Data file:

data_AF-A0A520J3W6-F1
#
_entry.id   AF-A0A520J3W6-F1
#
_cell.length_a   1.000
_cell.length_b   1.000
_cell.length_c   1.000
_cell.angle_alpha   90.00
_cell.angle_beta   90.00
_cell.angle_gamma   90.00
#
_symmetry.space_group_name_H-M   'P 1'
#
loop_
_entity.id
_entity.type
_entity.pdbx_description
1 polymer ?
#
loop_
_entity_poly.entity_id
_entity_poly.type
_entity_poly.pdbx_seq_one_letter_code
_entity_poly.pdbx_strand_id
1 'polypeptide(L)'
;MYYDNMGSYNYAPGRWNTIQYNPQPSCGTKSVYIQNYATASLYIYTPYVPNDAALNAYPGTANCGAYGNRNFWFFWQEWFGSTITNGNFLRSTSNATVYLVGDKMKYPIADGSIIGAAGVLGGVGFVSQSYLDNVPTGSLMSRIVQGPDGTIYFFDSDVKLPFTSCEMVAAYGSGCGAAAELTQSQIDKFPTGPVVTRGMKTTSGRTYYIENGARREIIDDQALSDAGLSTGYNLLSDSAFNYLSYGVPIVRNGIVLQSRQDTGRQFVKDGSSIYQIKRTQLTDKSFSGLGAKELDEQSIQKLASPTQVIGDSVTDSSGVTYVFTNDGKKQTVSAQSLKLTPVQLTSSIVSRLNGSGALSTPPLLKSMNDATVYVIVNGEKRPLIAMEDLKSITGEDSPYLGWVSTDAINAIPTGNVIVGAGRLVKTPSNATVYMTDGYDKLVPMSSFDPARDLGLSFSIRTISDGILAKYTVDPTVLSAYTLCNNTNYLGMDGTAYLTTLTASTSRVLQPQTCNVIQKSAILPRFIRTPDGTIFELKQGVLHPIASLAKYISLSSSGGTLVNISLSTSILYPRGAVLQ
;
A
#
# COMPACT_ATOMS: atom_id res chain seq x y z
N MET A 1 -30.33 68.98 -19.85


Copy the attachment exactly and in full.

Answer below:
data_AF-A0A520J3W6-F1
#
_entry.id   AF-A0A520J3W6-F1
#
_cell.length_a   1.000
_cell.length_b   1.000
_cell.length_c   1.000
_cell.angle_alpha   90.00
_cell.angle_beta   90.00
_cell.angle_gamma   90.00
#
_symmetry.space_group_name_H-M   'P 1'
#
loop_
_entity.id
_entity.type
_entity.pdbx_description
1 polymer ?
#
loop_
_entity_poly.entity_id
_entity_poly.type
_entity_poly.pdbx_seq_one_letter_code
_entity_poly.pdbx_strand_id
1 'polypeptide(L)'
;MYYDNMGSYNYAPGRWNTIQYNPQPSCGTKSVYIQNYATASLYIYTPYVPNDAALNAYPGTANCGAYGNRNFWFFWQEWFGSTITNGNFLRSTSNATVYLVGDKMKYPIADGSIIGAAGVLGGVGFVSQSYLDNVPTGSLMSRIVQGPDGTIYFFDSDVKLPFTSCEMVAAYGSGCGAAAELTQSQIDKFPTGPVVTRGMKTTSGRTYYIENGARREIIDDQALSDAGLSTGYNLLSDSAFNYLSYGVPIVRNGIVLQSRQDTGRQFVKDGSSIYQIKRTQLTDKSFSGLGAKELDEQSIQKLASPTQVIGDSVTDSSGVTYVFTNDGKKQTVSAQSLKLTPVQLTSSIVSRLNGSGALSTPPLLKSMNDATVYVIVNGEKRPLIAMEDLKSITGEDSPYLGWVSTDAINAIPTGNVIVGAGRLVKTPSNATVYMTDGYDKLVPMSSFDPARDLGLSFSIRTISDGILAKYTVDPTVLSAYTLCNNTNYLGMDGTAYLTTLTASTSRVLQPQTCNVIQKSAILPRFIRTPDGTIFELKQGVLHPIASLAKYISLSSSGGTLVNISLSTSILYPRGAVLQ
;
A
#
# COMPACT_ATOMS: atom_id res chain seq x y z
N MET A 1 -30.33 68.98 -19.85